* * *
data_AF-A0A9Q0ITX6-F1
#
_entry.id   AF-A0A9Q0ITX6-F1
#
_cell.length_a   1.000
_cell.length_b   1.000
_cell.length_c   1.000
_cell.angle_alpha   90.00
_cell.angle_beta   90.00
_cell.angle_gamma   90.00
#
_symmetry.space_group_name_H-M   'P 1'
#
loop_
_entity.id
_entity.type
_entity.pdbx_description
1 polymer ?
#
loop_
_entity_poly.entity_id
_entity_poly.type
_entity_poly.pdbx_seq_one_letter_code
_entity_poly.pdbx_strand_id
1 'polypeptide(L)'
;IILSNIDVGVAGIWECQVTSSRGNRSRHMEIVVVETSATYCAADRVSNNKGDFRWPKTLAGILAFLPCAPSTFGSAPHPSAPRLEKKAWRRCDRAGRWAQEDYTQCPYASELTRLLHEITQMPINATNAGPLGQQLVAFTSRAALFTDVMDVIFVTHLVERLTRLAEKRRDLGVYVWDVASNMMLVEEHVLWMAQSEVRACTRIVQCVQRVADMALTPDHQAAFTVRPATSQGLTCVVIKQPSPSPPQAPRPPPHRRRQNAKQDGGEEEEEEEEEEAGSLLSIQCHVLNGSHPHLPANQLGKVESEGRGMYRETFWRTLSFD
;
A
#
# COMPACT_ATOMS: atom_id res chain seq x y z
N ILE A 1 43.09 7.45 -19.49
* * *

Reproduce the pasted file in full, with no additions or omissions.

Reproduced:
data_AF-A0A9Q0ITX6-F1
#
_entry.id   AF-A0A9Q0ITX6-F1
#
_cell.length_a   1.000
_cell.length_b   1.000
_cell.length_c   1.000
_cell.angle_alpha   90.00
_cell.angle_beta   90.00
_cell.angle_gamma   90.00
#
_symmetry.space_group_name_H-M   'P 1'
#
loop_
_entity.id
_entity.type
_entity.pdbx_description
1 polymer ?
#
loop_
_entity_poly.entity_id
_entity_poly.type
_entity_poly.pdbx_seq_one_letter_code
_entity_poly.pdbx_strand_id
1 'polypeptide(L)'
;IILSNIDVGVAGIWECQVTSSRGNRSRHMEIVVVETSATYCAADRVSNNKGDFRWPKTLAGILAFLPCAPSTFGSAPHPSAPRLEKKAWRRCDRAGRWAQEDYTQCPYASELTRLLHEITQMPINATNAGPLGQQLVAFTSRAALFTDVMDVIFVTHLVERLTRLAEKRRDLGVYVWDVASNMMLVEEHVLWMAQSEVRACTRIVQCVQRVADMALTPDHQAAFTVRPATSQGLTCVVIKQPSPSPPQAPRPPPHRRRQNAKQDGGEEEEEEEEEEAGSLLSIQCHVLNGSHPHLPANQLGKVESEGRGMYRETFWRTLSFD
;
A
#
# COMPACT_ATOMS: atom_id res chain seq x y z
N ILE A 1 43.09 7.45 -19.49